HAMLET — Public schools in Richmond County and throughout North Carolina will have to rewrite their lesson plans if state lawmakers choose to throw out the national Common Core curriculum standards.
The N.C. House and Senate passed separate bills to replace Common Core this week, with state Rep. Ken Goodman, D-Richmond, voting against the House measure. Both chambers have to approve a single version in order for the proposal to advance to Gov. Pat McCrory.
“It passed yesterday (Wednesday) in the House and today (Thursday) in the Senate,” Goodman said. “This measure will do away with Common Core standards in the state. And we’ve already spent over $100 million on it. Now we are throwing it out the window.”
Richmond County Schools Superintendent Dr. George Norris said he disagrees with the initiative to abandon Common Core.
“The state — and Richmond County Schools being part of the public schools of the state — has spent literally millions of dollars unpacking, disseminating information, training teachers, preparing pacing guides and standardized tests aligned with Common Core standards,” Norris said. “I think it’s a travesty now to let all that good work go for naught. These are rigorous standards. Our teachers and students have worked so hard, then, bam! Back to square one.”
Common Core is not without its detractors. Parents have protested new ways of teaching grade-school math that rely on number substitutions and multi-step formulas to solve arithmetic problems. South Carolina Gov. Nikki Haley signed a bill to drop Common Core last month, and Oklahoma’s governor set the controversial curriculum aside Thursday.
Opposition to the Common Core standards initially was seen as conservative pushback, but left-leaning groups including factions of the Occupy Wall Street movement also have come out against the curriculum, according to media reports.
Norris said that if the proposed 2014-15 state budget passes as currently written, public schools will be an additional $1 billion short. While he supports teacher pay raises, Norris said there doesn’t seem to be a plan in place for sustaining the permanent pay hikes.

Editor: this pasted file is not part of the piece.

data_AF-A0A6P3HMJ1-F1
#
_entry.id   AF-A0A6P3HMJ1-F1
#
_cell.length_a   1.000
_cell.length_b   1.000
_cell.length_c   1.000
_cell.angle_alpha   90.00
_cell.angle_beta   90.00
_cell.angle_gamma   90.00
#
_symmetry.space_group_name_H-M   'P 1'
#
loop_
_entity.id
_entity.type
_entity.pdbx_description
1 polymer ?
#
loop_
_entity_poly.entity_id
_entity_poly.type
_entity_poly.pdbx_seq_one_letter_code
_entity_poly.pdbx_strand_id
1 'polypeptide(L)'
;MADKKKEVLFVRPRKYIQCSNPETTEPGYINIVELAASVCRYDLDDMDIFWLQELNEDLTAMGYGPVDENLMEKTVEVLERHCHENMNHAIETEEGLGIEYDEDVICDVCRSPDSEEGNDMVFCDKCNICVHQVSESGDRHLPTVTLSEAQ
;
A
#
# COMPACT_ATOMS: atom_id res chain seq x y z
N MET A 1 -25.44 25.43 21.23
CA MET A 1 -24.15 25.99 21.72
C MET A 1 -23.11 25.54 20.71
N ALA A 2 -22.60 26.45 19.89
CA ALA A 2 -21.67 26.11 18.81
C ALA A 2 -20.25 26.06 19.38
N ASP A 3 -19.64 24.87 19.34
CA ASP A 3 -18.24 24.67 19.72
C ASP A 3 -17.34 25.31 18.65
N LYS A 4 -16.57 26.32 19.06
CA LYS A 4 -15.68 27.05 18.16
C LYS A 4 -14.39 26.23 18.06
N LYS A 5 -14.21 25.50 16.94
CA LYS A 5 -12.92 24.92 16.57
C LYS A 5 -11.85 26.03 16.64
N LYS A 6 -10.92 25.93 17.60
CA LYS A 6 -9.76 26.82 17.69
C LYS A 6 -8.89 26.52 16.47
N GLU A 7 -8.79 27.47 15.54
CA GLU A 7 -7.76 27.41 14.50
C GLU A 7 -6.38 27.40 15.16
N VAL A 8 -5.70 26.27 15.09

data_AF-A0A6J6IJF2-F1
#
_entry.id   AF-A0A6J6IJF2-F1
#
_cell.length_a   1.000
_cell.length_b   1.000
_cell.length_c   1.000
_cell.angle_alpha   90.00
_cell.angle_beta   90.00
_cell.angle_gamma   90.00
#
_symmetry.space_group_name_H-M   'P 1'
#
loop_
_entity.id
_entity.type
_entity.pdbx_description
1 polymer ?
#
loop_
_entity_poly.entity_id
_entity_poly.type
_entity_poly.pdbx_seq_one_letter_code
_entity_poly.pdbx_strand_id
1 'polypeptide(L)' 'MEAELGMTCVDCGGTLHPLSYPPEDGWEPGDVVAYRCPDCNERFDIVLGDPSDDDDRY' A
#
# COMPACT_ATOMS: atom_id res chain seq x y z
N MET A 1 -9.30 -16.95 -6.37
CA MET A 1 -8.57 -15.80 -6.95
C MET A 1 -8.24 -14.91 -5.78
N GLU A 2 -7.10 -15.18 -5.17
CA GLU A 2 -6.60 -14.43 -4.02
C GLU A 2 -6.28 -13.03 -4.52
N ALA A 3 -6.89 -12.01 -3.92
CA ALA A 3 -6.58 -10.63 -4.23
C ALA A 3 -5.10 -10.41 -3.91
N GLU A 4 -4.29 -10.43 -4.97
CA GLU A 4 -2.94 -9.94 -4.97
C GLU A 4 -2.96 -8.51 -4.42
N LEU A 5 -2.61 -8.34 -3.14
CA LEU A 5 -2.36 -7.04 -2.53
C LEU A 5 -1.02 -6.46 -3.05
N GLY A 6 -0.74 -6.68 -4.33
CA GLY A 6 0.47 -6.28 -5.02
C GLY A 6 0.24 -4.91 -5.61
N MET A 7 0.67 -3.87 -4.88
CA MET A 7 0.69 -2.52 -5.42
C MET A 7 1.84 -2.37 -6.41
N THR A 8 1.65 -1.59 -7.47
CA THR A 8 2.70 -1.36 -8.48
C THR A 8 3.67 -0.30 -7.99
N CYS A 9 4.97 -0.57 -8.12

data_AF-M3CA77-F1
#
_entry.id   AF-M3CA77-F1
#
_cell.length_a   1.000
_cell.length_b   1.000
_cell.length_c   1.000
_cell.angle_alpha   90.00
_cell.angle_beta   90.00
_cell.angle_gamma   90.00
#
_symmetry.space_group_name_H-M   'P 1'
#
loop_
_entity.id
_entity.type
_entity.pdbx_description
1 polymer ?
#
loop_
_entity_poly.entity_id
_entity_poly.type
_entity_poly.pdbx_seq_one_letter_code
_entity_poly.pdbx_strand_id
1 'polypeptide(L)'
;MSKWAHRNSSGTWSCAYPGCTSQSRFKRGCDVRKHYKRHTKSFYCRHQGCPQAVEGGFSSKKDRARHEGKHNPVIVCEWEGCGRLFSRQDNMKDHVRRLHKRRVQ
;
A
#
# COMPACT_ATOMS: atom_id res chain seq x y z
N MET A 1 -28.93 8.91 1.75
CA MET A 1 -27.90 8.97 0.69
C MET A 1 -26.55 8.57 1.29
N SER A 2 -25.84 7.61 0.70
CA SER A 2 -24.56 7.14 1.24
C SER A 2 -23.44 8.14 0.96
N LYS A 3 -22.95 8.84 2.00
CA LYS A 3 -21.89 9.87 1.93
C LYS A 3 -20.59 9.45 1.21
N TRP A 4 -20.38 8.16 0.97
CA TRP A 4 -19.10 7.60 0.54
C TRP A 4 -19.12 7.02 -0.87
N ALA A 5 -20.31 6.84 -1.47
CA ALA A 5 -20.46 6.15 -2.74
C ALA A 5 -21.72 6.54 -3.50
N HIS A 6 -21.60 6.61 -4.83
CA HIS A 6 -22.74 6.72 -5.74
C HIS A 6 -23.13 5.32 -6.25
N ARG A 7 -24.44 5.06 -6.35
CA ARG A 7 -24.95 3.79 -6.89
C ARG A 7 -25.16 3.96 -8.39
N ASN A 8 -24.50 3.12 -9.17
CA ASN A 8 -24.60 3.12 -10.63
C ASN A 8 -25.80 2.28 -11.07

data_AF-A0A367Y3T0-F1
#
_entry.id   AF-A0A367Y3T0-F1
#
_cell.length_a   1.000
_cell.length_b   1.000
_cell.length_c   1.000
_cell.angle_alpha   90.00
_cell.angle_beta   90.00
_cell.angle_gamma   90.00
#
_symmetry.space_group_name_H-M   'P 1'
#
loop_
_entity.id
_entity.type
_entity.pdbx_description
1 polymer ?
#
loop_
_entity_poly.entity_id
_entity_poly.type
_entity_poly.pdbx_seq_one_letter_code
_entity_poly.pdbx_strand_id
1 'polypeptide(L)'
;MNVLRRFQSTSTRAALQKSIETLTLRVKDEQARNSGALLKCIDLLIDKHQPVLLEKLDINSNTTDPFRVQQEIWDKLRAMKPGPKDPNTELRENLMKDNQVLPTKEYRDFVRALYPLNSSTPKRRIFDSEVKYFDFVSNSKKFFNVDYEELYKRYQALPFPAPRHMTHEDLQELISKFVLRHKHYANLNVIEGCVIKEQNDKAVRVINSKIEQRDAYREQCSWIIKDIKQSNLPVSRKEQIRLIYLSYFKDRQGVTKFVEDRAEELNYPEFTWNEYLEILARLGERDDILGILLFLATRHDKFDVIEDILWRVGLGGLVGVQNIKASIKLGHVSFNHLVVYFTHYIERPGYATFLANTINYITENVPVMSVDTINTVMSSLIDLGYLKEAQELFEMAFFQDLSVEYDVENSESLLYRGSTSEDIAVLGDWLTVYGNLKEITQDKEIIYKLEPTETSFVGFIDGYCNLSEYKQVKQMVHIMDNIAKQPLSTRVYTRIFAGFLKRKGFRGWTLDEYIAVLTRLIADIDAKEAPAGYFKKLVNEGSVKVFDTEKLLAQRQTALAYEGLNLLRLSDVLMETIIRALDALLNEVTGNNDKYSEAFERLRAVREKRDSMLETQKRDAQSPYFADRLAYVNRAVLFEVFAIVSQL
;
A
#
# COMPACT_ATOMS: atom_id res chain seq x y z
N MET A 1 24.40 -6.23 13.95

“What are we going to cut next year to pay for it?” Norris said. “We aren’t raising taxes, we’re cutting education programs. It doesn’t make much sense.”
North Carolina ranks 46th in the nation in teacher pay, and low morale has led some educators to pursue careers in other states.
“Our teachers have seen a 1 percent raise in five years, insurance is going up,” Norris said. “With deductions from their paychecks for retirement and Social Security, a lot of them are making less money than they did three or four years ago. Turnover is hurting us. We have teachers leaving the state, leaving the profession, retiring early.”
At a job fair last weekend in Wake County, hundreds of North Carolina teachers met with representatives from a school district in Texas actively recruiting them with promises of a starting salary of nearly $47,000. The starting salary for North Carolina teachers is $30,800.
“Despite all of that, it is amazing how hard these teachers continue to work,” Norris said.
Reach reporter Melonie Flomer at 910-997-3111, ext. 15.